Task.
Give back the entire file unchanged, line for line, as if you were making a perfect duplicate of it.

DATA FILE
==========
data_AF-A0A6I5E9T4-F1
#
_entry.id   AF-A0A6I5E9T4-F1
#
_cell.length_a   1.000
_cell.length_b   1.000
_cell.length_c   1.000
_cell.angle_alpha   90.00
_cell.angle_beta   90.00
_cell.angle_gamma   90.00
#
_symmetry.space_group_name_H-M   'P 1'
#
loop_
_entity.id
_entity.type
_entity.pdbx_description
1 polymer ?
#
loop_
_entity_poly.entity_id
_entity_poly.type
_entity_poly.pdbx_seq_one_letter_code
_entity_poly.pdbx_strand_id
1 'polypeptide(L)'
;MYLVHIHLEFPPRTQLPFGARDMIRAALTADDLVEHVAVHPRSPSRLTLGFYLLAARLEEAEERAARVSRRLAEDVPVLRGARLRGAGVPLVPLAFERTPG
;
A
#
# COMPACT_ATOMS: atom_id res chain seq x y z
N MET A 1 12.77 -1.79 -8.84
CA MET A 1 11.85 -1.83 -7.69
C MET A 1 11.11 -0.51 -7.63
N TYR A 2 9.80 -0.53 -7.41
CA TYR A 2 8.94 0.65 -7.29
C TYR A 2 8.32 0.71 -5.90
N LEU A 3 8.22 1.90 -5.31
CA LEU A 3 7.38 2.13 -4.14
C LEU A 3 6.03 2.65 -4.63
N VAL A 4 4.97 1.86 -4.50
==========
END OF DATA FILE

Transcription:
data_AF-A0A6I5E9T4-F1
#
_entry.id   AF-A0A6I5E9T4-F1
#
_cell.length_a   1.000
_cell.length_b   1.000
_cell.length_c   1.000
_cell.angle_alpha   90.00
_cell.angle_beta   90.00
_cell.angle_gamma   90.00
#
_symmetry.space_group_name_H-M   'P 1'
#
loop_
_entity.id
_entity.type
_entity.pdbx_description
1 polymer ?
#
loop_
_entity_poly.entity_id
_entity_poly.type
_entity_poly.pdbx_seq_one_letter_code
_entity_poly.pdbx_strand_id
1 'polypeptide(L)'
;MYLVHIHLEFPPRTQLPFGARDMIRAALTADDLVEHVAVHPRSPSRLTLGFYLLAARLEEAEERAARVSRRLAEDVPVLRGARLRGAGVPLVPLAFERTPG
;
A
#
# COMPACT_ATOMS: atom_id res chain seq x y z
N MET A 1 12.77 -1.79 -8.84
CA MET A 1 11.85 -1.83 -7.69
C MET A 1 11.11 -0.51 -7.63
N TYR A 2 9.80 -0.53 -7.41
CA TYR A 2 8.94 0.65 -7.29
C TYR A 2 8.32 0.71 -5.90
N LEU A 3 8.22 1.90 -5.31
CA LEU A 3 7.38 2.13 -4.14
C LEU A 3 6.03 2.65 -4.63
N VAL A 4 4.97 1.86 -4.50